Review: Hendrick’s Gin

Recently I declared — quite foolishly — that Caorunn was Scotland’s only gin. Pretty dumb: Hendrick’s has been on the market for years, with great success, despite its slogan, “It’s not for everyone.”

Self-described as a “gin made oddly,” Hendrick’s is famous for the addition of cucumber to the standard botanical mix, along with rose flowers. In practice, however, it is still the juniper that is strongest on the nose, with the floral elements a moderate second.

Cucumbers are actually the tricky element: There is more citrus in the body than anything vegetal, and I presume that is intentional. Cucumber is a tricky element to work with in spirit-making, often resulting in harsh and bitter end products. Hendrick’s is wise to tone it down… but why play it up in the marketing? Probably because drinking roses sounds even less appealing when you get down to it.

This is still a quality gin, but, for better or worse, it’s much less unusual and “odd” than it makes itself out to be.

Update: After a berating from a reader (see below) and another try, I found my notes to be largely consistent. The gin is citrus-forward (distinctly lemon on the finish), and moderate with juniper character. Rose petal notes are enigmatic and fleeting, and I still don’t get any real sense of cucumber in the mix at all. I stand by the rating — this is a fine gin for mixing a cocktail with, and the downplaying of the floral element is a wise choice — but it’s not really distinguished in any way, at least in comparison to what the marketing has to say.

88 proof.

B / $32 / hendricksgin.com


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12 Responses to Review: Hendrick’s Gin

  1. Bruichladdich, in Scotland, also makes a gin: The Botanist Islay Dry Gin.

  2. I couldn’t get past the cucumbers. And the form factor on the bottle bothered me too.. You couldn’t see how much was left in the bottle, and the (retro) motor oil shape made pouring sloppy

  3. In Spain this gin is considered as the most famous premium gin in the market. They serve it with some slices of cucumber and with some rose petals onto it. Personally I found it well distilled and assambled but it is not my kind of gin ’cause I find it extremely floral and sweet.

  4. What kind of lame review is this? I come to Drinkhacker for detailed reviews by experienced tasters. What hack wrote this? The entire review amounts to some unnamed individual’s opinion that Hendrick’s tastes “odd.” That’s not helpful to anyone.

  5. Leigh – sometimes we don’t go as far in detail on some spirits because we haven’t all that much to say about them. Here I see it as juniper first, rose petals second, cucumber a distant third — and not much nuance beyond that. BTW all reviews (and all everything) on the site is/are written by myself. We’ll try to give more guidance next time!

  6. It does taste odd, though. Very good for some things, but not the best to simply swap into classic cocktails willy nilly.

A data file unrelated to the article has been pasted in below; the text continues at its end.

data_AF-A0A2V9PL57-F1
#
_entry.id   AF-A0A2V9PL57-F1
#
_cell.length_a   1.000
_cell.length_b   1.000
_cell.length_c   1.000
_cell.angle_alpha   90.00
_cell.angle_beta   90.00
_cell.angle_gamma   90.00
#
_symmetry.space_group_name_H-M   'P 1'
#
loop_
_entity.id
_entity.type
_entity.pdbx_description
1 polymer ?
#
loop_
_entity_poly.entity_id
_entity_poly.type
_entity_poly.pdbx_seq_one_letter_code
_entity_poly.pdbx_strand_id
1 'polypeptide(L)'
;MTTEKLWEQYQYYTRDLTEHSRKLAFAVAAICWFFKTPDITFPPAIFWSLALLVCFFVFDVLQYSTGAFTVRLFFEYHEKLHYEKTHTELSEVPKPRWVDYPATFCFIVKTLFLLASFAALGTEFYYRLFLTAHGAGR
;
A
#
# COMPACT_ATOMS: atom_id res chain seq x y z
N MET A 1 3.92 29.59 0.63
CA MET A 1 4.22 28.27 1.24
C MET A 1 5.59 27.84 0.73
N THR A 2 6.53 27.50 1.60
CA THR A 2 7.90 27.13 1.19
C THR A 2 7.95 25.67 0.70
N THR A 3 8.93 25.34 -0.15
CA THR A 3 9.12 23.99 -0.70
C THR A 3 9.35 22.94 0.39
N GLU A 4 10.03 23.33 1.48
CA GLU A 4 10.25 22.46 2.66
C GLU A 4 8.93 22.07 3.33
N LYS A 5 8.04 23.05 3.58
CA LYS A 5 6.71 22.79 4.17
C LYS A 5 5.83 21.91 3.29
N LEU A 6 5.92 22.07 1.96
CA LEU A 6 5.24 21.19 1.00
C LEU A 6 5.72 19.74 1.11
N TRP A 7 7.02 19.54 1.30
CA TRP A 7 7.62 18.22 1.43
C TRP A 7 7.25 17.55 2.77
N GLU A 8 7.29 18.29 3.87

7. Christopher: Well now that I know who you are, I feel guilty for being hard on you. :-) Normally I really enjoy–and agree with–your reviews. You turned me on to Berkshire Mountain Distillery, for example, and now I drink it regularly. I guess I was just disappointed in this particular review because Hendrick’s is one of my favorites. Also, I think it deserves a more in-depth review because it is also one of the more widely available of the gins you write about, and is considered by many to be one of the best. The Wall Street Journal rated it first in a taste test. Anyway, you are not a hack, so I take that back. I didn’t realize this is a one-man show and figured you had a new guest writer write this particular blurb. All your other reviews are great and this column is one of my favorite RSS feeds. :-)

  8. Leigh – no offense taken. Every palate is different, and due to time constraints sometimes reviews are going to be a little shorter. I’ll try to revisit Hendrick’s again in the near future. Keep on keepin’ on.

  9. For what it’s worth, among my friends who think they don’t like gin, this is the gin they like, and they like it straight. It was the gin that turned me into a gin drinker, and it’s still one of my favorites.

  10. Hendricks, Citadelle and New Amsterdam are the three gins I keep on the shelf in our home bar, and there is a different purpose for each. Hendricks is my favorite, and is what we use for a “house” gin and tonic, but it needs to be paired with the right tonic to really get the benefit, and I find that it needs a little “something” to round it out and add a little more complexity.

    Our house G&T with Hendricks is made with 2 oz gin, 4 oz Hansen’s Tonic water, a dash of rhubarb bitters and a slice of cucumber, crushed once to help release the smell. You need the fresh cucumber to augment the faint cucumber notes of the Hendricks, and you need the rhubarb bitters to round out the palate.

    That said, Hendricks is one of the friendliest, most enjoyable gins I’ve ever tried. Though for the money, Citadelle is an exceptional gin and an amazing value at ~$20 if it’s available in your area.

  11. For the cucumber notes, use a slice of cucumber – it really opens it up. Maybe you tried it, but I couldn’t tell from what you wrote. From my experience Hendrick’s has great marketing, and honestly when we’re talking about clear booze, marketing plays a huge roll in how people come to your brand. But by and large when I’ve served this to be people, I’ve nary heard a complaint. Most people actually tell me they don’t care for gin, then they taste the Hendrick’s and tonic I gave them and they all of a sudden love gin. :)

  12. John Hendricks

    My last name is Hendricks and I was courious as to how a German name ended up on a bottle of Gin from Scotland? P.S. A serious Scotch drinker.

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